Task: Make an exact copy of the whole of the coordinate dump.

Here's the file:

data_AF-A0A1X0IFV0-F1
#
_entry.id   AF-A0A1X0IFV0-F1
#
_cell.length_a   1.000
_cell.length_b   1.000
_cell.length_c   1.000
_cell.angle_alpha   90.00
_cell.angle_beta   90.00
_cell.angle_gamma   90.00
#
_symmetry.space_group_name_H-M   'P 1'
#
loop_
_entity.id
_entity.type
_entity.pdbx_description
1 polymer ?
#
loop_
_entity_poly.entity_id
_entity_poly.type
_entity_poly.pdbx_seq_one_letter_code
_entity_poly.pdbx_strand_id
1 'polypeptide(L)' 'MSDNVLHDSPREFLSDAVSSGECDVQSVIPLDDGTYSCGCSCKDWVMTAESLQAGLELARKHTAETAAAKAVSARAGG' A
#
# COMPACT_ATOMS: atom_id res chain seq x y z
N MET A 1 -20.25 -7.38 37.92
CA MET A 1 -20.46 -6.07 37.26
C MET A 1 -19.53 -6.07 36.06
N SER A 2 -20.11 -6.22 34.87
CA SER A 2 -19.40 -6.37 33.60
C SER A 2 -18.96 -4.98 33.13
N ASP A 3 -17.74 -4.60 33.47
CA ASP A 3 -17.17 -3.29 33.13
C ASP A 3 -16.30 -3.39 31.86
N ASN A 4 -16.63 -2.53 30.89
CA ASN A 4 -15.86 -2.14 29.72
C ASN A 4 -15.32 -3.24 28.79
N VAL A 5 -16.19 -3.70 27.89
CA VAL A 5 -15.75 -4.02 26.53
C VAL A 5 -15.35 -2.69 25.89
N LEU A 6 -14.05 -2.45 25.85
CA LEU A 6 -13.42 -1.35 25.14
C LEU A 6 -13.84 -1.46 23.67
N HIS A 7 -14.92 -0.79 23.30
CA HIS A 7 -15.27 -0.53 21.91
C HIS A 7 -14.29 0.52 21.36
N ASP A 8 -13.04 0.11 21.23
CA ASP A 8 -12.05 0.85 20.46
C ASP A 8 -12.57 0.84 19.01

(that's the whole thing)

data_AF-A0A1X0IFV0-F1
#
_entry.id   AF-A0A1X0IFV0-F1
#
_cell.length_a   1.000
_cell.length_b   1.000
_cell.length_c   1.000
_cell.angle_alpha   90.00
_cell.angle_beta   90.00
_cell.angle_gamma   90.00
#
_symmetry.space_group_name_H-M   'P 1'
#
loop_
_entity.id
_entity.type
_entity.pdbx_description
1 polymer ?
#
loop_
_entity_poly.entity_id
_entity_poly.type
_entity_poly.pdbx_seq_one_letter_code
_entity_poly.pdbx_strand_id
1 'polypeptide(L)' 'MSDNVLHDSPREFLSDAVSSGECDVQSVIPLDDGTYSCGCSCKDWVMTAESLQAGLELARKHTAETAAAKAVSARAGG' A
#
# COMPACT_ATOMS: atom_id res chain seq x y z
N MET A 1 -20.25 -7.38 37.92
CA MET A 1 -20.46 -6.07 37.26
C MET A 1 -19.53 -6.07 36.06
N SER A 2 -20.11 -6.22 34.87
CA SER A 2 -19.40 -6.37 33.60
C SER A 2 -18.96 -4.98 33.13
N ASP A 3 -17.74 -4.60 33.47
CA ASP A 3 -17.17 -3.29 33.13
C ASP A 3 -16.30 -3.39 31.86
N ASN A 4 -16.63 -2.53 30.89
CA ASN A 4 -15.86 -2.14 29.72
C ASN A 4 -15.32 -3.24 28.79
N VAL A 5 -16.19 -3.70 27.89
CA VAL A 5 -15.75 -4.02 26.53
C VAL A 5 -15.35 -2.69 25.89
N LEU A 6 -14.05 -2.45 25.85
CA LEU A 6 -13.42 -1.35 25.14
C LEU A 6 -13.84 -1.46 23.67
N HIS A 7 -14.92 -0.79 23.30
CA HIS A 7 -15.27 -0.53 21.91
C HIS A 7 -14.29 0.52 21.36
N ASP A 8 -13.04 0.11 21.23
CA ASP A 8 -12.05 0.85 20.46
C ASP A 8 -12.57 0.84 19.01